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Pointer arithmetic in C

In the C programming language, a pointer is an address which stores a numeric value. Hence, a developer can perform several arithmetic operations on the same just as one does on other numerical values. In the concept of arithmetic pointers, four operators can be used such as ++, --, +, and -.

The compiler will allow the user to perform arithmetic operations on pointers which are stored as an alias to a numerical value. Conducting operators using the operators and pointer variables is referred to as an arithmetic pointer.

Since pointers store the address of other variables, they are termed as address data types. These addresses are the memory locations that will be assigned to specific variables, and it never stores any value.

As mentioned, there are few operations allowed within an arithmetic pointer, and these operations differ from those generally used in mathematics.

1. Increment of a pointer: it is a condition that comes under addition. Every time a pointer is incremented, it increments by the number equal to the size of the data type present.

E.g.:

If an integer pointer that stores address 1000 is incremented, then it will increment by 2(size of an int), and the new address will point to 1002. While if a float type pointer is incremented, then it will increment by 4(size of a float), and the new address will be 1004.

#include <stdio.h>
const int MAX = 3;
int main () 
{
int  var[] = {10, 100, 200};
int  i, *ptr;


/* let us have array address in pointer */
ptr = var;


for ( i = 0; i < MAX; i++) 
{
printf("Address of var[%d] = %x\n", i, ptr );
printf("Value of var[%d] = %d\n", i, *ptr );


/* move to the next location */
ptr++;
}


return 0;
}

Output:

Address of var[0] = 9f8312cc
Value of var[0] = 10
Address of var[1] = 9f8312d0
Value of var[1] = 100
Address of var[2] = 9f8312d4
Value of var[2] = 200

2. Decrement of a pointer: It is a condition that also comes under subtraction. When a pointer is decremented, it decrements by the number equal to the size of the data type for which it is a pointer.

E.g.:

If an integer pointer that stores address 1000 is decremented, then it will decrement by 2(size of an int), and the new address will point to 998. While if a float type pointer is decremented, then it will decrement by 4(size of a float),And the new address will be 996.

Address of var[0] = 9f8312cc
Value of var[0] = 10
Address of var[1] = 9f8312d0
Value of var[1] = 100
Address of var[2] = 9f8312d4
Value of var[2] = 200


2.	Decrement of a pointer: It is a condition that also comes under subtraction. When a pointer is decremented, it decrements by the number equal to the size of the data type for which it is a pointer.
E.g.:
If an integer pointer that stores address 1000 is decremented, then it will decrement by 2(size of an int), and the new address will point to 998. While if a float type pointer is decremented, then it will decrement by 4(size of a float),And the new address will be 996.
#include <stdio.h>
const int MAX = 3;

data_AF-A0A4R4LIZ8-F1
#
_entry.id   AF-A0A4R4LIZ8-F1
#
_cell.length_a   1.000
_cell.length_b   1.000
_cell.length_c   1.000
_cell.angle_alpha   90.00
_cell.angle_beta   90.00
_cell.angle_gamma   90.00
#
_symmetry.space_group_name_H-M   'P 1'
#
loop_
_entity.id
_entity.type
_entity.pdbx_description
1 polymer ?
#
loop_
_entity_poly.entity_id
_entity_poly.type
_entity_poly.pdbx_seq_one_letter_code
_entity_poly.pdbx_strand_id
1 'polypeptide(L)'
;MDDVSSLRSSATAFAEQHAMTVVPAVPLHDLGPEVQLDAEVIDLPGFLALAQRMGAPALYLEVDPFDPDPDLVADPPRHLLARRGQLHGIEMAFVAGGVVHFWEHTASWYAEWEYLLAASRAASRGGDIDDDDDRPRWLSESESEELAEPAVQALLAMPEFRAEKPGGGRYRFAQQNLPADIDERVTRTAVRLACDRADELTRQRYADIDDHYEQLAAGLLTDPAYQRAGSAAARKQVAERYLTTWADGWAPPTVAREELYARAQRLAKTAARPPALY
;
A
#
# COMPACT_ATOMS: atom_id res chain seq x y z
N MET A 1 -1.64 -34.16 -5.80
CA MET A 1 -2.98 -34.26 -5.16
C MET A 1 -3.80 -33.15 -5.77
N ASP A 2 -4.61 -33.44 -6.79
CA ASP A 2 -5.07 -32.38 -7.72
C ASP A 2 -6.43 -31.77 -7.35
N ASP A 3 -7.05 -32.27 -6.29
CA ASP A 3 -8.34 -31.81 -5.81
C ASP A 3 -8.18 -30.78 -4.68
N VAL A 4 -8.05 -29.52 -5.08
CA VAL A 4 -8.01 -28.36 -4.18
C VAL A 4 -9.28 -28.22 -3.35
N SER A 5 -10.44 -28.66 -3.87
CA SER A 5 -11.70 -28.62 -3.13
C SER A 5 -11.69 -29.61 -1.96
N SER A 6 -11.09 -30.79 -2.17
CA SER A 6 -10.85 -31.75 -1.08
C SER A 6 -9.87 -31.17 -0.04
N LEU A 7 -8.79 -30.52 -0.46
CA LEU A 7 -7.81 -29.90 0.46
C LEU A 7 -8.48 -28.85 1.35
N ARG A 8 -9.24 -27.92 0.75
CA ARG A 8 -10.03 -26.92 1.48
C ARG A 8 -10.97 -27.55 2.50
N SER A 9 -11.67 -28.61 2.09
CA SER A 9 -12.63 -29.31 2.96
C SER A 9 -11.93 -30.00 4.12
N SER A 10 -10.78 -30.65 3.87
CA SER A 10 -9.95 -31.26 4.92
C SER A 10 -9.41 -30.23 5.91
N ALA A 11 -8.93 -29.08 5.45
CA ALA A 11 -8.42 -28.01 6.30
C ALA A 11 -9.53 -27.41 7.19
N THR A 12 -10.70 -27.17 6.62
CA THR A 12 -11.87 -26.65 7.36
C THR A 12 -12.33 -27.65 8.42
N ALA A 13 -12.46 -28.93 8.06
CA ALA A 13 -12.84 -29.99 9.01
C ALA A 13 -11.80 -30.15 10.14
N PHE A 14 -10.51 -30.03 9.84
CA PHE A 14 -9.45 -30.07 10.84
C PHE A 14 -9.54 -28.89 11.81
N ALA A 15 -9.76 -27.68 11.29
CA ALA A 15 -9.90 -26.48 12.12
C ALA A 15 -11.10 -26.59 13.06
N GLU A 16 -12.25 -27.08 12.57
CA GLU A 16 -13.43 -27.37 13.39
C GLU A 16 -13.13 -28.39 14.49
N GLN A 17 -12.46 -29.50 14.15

int main () 
{


int  var[] = {10, 100, 200};
int  i, *ptr;


/* let us have array address in pointer */
ptr = &var[MAX-1];


for ( i = MAX; i > 0; i--) 
{


printf("Address of var[%d] = %x\n", i-1, ptr );
printf("Value of var[%d] = %d\n", i-1, *ptr );


/* move to the previous location */
ptr--;
}


return 0;
}

Output:

Address of var[2] = 9f3bb4a4
Value of var[2] = 200
Address of var[1] = 9f3bb4a0
Value of var[1] = 100
Address of var[0] = 9f3bb49c
Value of var[0] = 10

3. Addition of an integer to a pointer: when the pointer is added with a value, this value is then multiplied by the size of the data type and is then added to the pointer.

E.g.:

#include <stdio.h>
int main()
{
	int N = 4;
	int *ptr1, *ptr2;
	ptr1 = &N;
	ptr2 = &N;


	printf("Pointer ptr2 before Addition: ");
	printf("%p \n", ptr2);


	ptr2 = ptr2 + 3;
	printf("Pointer ptr2 after Addition: ");
	printf("%p \n", ptr2);


	return 0;
}

Output:

Pointer ptr2 before Addition: 0x7ffeb89a3bf4 
Pointer ptr2 after Addition: 0x7ffeb89a3c00 

4. Subtraction of integer from a pointer: when the pointer is subtracted with a value, this value is then multiplied by the size of the data type and is then subtracted to the pointer.

E.g.:

#include <stdio.h>
int main()
{
int N = 4;
int *ptr1, *ptr2;
ptr1 = &N;
ptr2 = &N;


printf("Pointer ptr2 before Subtraction: ");
printf("%p \n", ptr2);


ptr2 = ptr2 - 3;
printf("Pointer ptr2 after Subtraction: ");
printf("%p \n", ptr2);


return 0;
}

Output:

Pointer ptr2 before Subtraction: 0x7fffb534a334 
Pointer ptr2 after Subtraction: 0x7fffb534a328 

5. Comparisons of pointers: pointers and other pointers can be compared using some operators known as relational operators such as ==, <, and >.

E.g.:

#include <stdio.h>
const int MAX = 3;
int main () 
{
int  var[] = {10, 100, 200};
int  i, *ptr;
ptr = var;
i = 0;


while ( ptr <= &var[MAX - 1] ) 
{
printf("Address of var[%d] = %x\n", i, ptr );
printf("Value of var[%d] = %d\n", i, *ptr );
ptr++;
i++;
}


return 0;
}

Output:

Address of var[0] = e7e7612c
Value of var[0] = 10
Address of var[1] = e7e76130
Value of var[1] = 100
Address of var[2] = e7e76134
Value of var[2] = 200



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